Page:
Global Health Informatics Market Continues Growth

The growth of the health informatics industry is represented by an upward trend graph.

The use of health informatics continues to expand around the world, leading to new uses of data and technology for healthcare companies and new job opportunities for those with an education in health informatics.

How big is this expansion? Kenneth Research recently projected the market will reach $33 billion worldwide by 2023. They anticipate this growth as more healthcare companies become aware of how clinical informatics can lead to better interoperability between healthcare systems, more efficient patient data management and better treatment and health outcomes.

Areas of Growth in Health Informatics

The growth of the health informatics industry is spread across all areas, including software and applications. End users of these systems include hospitals, doctors’ clinics and specialty centers.

Types of software and applications that are growing rapidly include:

  • Cloud-based software
  • Diagnostic programs in the application segment
  • Patient monitoring systems
  • Integrated lab informatics and lab automation systems

The laboratory segment alone has seen an explosion in growth, according to market research. The location with the biggest growth is Asia. Programs within the segment include laboratory information management systems, electronic lab notebooks, chromatography data systems, electronic data capture and clinical data management systems.

As in other areas, informatics systems in labs is expected to lead to efficiency in how the lab is operated, fewer errors in handling complex records, better outcomes and regulatory compliance.

Why This Matters

The current and potential use of technology in healthcare is a frequently written about issue. Typically, it’s discussed in the context of a healthcare system that is increasingly under pressure as an aging population needs more medical services and regulatory measures evolve. Informatics can support better strategies in how healthcare organizations approach these and other issues.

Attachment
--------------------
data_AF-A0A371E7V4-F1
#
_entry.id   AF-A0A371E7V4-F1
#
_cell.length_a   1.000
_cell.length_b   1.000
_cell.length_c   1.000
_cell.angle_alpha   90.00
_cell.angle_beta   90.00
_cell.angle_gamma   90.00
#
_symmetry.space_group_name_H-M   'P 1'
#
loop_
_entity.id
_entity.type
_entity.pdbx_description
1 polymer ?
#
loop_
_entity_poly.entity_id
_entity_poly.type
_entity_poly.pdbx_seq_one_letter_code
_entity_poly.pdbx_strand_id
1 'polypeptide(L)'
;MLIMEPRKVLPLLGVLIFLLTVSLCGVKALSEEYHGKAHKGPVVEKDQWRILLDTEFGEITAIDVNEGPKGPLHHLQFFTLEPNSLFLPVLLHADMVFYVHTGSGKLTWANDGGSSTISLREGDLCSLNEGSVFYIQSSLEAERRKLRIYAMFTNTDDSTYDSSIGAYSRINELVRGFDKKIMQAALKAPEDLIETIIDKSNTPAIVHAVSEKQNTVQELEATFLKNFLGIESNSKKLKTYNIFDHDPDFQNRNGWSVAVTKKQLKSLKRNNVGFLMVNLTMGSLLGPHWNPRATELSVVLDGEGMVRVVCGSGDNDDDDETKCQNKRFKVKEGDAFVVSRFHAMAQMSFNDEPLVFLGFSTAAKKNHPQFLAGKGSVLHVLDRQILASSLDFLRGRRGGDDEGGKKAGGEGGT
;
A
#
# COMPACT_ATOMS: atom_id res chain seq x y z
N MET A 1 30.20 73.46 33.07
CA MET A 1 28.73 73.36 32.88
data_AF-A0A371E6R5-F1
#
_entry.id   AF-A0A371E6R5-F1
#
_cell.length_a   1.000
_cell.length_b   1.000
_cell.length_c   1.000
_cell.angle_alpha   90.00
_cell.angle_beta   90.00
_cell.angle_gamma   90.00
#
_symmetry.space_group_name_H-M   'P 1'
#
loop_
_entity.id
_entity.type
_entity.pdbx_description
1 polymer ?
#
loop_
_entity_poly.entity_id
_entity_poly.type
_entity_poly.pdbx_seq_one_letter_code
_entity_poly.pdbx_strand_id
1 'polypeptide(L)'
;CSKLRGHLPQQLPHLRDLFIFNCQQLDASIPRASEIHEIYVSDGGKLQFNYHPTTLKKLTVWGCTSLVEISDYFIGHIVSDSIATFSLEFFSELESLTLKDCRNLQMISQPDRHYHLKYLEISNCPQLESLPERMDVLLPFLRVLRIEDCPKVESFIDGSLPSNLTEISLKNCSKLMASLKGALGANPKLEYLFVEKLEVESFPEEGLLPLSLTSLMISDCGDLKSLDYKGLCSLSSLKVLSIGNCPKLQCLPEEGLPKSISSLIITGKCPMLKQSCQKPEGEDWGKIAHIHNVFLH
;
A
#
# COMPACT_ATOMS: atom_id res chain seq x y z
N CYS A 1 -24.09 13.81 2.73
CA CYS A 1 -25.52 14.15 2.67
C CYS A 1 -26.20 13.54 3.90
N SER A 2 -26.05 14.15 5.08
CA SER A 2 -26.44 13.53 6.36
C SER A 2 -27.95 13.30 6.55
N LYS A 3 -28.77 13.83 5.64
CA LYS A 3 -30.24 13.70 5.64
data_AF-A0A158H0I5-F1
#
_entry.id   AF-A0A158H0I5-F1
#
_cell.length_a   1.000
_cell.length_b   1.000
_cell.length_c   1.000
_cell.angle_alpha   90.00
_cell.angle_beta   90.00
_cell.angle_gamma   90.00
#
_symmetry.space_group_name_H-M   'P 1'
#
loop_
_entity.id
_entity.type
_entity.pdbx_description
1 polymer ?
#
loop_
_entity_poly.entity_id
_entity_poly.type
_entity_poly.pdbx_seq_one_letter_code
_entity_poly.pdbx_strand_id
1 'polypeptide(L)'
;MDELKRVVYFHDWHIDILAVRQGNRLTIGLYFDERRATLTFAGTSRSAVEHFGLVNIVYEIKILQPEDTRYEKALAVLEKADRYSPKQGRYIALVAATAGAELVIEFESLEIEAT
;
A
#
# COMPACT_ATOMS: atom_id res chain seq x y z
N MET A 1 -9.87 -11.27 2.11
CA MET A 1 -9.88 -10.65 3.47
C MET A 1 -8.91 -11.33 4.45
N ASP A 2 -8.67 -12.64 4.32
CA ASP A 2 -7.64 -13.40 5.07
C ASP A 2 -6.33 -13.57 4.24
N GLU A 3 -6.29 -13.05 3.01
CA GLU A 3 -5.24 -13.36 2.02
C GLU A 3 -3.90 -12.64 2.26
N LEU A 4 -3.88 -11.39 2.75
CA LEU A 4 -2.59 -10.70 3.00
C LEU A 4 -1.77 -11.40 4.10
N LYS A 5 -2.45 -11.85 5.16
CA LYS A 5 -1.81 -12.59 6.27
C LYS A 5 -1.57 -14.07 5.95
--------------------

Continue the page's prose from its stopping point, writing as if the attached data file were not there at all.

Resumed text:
For example, the use of electronic health records (EHR) has resulted in the collection of enormous amounts of data. Sharing that information between medical providers, healthcare operations and insurance companies has made record-keeping more accurate and easier to manage.

But now many healthcare operations are taking the next step of improving patient health outcomes. Some of the potential uses in this area include the following.

Improving population health. Used correctly, data analytics programs can spot indicators in specific population demographics that indicate potential health risks, including diseases or problems with antibiotic resistant superbugs.

Improving diagnostics. Sophisticated software programs offer support for medical professionals making clinical decisions, providing them with information that can help them make the best choices in prescribing treatment.

Predictive analytics. The term predictive analytics refers to the ability of machine learning and artificial intelligence systems to crunch vast amounts of data on millions of patients and find indicators that certain events will take place. For example, signs that a heart attack victim treated at a hospital will be readmitted for treatment within the next 30 days.

Patient-involved care. This branch of health informatics involves patients using sensors at home which record health information and then transmit that information to a system that can give them advice on best practices for certain conditions. These systems also contact healthcare professionals to intervene if the data indicates a patient is at high risk for a medical emergency.

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